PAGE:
My family has gone to the Devon Horse Show for many years. It started when my great-grandmother would take us, and later my mother and I would go and sit for an entire evening and watch the competition. Lately, we have been bringing my daughter, and we’ve found we don’t get to see much of the horses—more of the rides and Fair.
This made me realize how different people experience the same setting or the same event. Viewing the horse show from the point of view (POV) of a rider is different than from an owner’s POV. Watching it from the elite boxes is different from sitting on the free benches along the ringside. Spending the day in the mid-price bleachers is different than chasing your child around the Midway for several hours.
When we write, it is important to choose our point-of-view character or characters wisely. What side of the story do you want to tell? Who is the best character to tell that story? The rider coming back from a devastating injury or the mom whose daughter’s ball just bounced into the competition ring (yes, that was me)? Which POV you choose will vastly change the tone, feel, and experience of the story.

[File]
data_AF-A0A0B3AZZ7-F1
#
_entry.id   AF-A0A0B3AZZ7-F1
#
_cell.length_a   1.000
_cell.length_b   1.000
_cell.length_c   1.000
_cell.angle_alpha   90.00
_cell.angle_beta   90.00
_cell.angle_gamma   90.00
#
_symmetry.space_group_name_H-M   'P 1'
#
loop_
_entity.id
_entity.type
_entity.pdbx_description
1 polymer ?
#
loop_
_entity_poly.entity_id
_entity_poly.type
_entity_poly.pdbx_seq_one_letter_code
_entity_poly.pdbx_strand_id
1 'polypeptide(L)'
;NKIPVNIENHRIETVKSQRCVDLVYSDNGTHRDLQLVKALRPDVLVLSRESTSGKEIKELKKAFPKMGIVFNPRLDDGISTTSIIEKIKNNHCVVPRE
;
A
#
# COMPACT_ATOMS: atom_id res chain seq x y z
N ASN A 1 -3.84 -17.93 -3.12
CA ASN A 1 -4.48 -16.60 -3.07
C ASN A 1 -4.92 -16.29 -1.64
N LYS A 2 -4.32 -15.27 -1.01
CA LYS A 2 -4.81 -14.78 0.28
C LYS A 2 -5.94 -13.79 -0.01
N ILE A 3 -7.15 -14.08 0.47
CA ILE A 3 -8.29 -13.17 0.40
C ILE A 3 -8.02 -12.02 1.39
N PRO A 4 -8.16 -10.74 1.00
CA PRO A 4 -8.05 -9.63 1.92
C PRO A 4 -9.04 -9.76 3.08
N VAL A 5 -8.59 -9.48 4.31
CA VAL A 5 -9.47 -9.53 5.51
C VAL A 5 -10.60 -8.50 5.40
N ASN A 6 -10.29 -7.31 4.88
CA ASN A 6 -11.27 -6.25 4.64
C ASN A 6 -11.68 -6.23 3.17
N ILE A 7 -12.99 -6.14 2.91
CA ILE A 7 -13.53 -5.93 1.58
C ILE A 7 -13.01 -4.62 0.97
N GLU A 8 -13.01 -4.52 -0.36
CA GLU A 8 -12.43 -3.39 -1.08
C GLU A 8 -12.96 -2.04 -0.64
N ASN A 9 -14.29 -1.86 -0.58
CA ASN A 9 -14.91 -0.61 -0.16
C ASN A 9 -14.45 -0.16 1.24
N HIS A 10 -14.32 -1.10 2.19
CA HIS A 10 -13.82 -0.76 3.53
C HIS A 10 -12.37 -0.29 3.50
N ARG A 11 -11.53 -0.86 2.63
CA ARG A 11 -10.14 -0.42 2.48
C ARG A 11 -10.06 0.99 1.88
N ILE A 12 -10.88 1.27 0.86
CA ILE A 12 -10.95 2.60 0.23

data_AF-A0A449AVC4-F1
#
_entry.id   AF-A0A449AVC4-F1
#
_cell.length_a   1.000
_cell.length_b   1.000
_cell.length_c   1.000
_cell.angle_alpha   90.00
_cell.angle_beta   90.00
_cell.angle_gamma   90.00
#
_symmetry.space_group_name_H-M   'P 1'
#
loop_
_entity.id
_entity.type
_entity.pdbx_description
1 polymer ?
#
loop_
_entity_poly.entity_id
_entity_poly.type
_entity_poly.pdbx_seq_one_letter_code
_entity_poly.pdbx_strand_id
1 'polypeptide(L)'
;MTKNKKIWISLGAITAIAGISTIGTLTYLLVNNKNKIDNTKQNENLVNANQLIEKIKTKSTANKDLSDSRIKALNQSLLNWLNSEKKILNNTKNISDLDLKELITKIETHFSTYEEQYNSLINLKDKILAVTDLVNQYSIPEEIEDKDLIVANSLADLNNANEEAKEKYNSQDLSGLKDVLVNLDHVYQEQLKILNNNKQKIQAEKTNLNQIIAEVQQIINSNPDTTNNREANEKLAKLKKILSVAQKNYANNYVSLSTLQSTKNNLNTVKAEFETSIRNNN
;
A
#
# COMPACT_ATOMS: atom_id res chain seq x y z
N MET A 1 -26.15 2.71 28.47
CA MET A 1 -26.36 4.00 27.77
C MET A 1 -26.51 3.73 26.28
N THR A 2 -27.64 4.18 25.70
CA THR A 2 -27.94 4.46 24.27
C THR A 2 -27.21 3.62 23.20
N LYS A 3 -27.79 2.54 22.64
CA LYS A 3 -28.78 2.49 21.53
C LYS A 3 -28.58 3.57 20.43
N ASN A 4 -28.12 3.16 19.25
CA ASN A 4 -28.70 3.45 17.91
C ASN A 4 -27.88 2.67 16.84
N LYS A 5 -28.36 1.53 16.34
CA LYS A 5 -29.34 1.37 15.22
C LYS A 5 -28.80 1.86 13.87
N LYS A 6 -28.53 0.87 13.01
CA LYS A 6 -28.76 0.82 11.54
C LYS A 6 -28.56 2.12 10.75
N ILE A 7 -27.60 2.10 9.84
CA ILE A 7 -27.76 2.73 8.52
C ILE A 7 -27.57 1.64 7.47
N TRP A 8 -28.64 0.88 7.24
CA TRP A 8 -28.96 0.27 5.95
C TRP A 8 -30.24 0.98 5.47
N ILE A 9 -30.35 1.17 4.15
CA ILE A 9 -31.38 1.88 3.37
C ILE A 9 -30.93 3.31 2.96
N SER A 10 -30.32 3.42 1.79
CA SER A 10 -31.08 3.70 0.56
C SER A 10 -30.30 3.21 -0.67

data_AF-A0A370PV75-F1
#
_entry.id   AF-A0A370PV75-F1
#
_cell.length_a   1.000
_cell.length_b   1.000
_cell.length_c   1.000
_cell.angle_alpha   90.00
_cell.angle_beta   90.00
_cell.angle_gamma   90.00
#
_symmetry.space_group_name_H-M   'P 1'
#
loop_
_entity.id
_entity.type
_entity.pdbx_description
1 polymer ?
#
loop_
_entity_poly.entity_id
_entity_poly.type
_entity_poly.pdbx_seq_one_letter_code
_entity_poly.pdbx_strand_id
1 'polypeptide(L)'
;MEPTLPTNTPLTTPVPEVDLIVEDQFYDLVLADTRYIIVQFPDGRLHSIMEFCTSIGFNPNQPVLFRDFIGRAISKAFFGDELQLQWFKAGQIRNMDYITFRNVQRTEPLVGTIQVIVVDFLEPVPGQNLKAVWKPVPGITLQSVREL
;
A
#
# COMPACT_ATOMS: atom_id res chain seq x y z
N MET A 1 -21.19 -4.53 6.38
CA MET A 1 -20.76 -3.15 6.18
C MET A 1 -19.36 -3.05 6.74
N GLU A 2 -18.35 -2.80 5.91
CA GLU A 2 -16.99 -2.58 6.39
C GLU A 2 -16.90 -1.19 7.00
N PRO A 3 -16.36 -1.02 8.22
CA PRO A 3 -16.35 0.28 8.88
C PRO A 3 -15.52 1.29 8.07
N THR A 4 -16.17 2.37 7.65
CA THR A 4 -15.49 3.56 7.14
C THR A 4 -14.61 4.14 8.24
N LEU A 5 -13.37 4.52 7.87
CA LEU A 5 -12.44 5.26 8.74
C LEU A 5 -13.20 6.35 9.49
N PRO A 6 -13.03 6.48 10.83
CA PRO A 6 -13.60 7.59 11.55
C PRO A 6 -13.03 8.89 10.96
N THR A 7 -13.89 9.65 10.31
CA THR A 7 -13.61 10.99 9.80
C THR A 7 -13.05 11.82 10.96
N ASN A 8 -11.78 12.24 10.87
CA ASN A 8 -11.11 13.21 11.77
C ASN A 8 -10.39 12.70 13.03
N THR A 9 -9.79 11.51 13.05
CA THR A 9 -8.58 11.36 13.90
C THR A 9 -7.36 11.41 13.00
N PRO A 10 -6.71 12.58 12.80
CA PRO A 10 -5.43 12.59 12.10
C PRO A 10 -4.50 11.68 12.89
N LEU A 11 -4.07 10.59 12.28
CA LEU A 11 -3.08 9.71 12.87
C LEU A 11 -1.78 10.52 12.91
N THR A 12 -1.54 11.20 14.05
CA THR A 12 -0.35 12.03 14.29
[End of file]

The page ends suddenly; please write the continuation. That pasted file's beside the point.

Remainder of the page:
Sometimes our characters come to us first, and they already have a story to tell. Therefore, their POV is the natural one to use. However, if you have a plot idea, think very carefully about who tells the story. Or do you need multiple POVs to get everything across? And if you are free to choose whoever you want as a POV character, think creatively. Maybe it’s not the obvious people, like the rider or the spectator, who will make the best POV. Maybe it’s the judge or the video person or the camera person. Maybe it’s the guy who runs the Midway at the Fair. Maybe it’s the ticket taker. When you have the luxury of choosing your protagonist, pick one who is fun and unexpected.
So, when you write, keep in mind that everyone’s experience of an event is different. Everyone’s truth about what they witnessed is different. Play with that and use it to your best advantage. When you pick a protagonist, make it count. It may be the difference between a ho-hum “been-there-done-that” read and a unique, gripping story.
How about you? Which comes first, the character or the plot?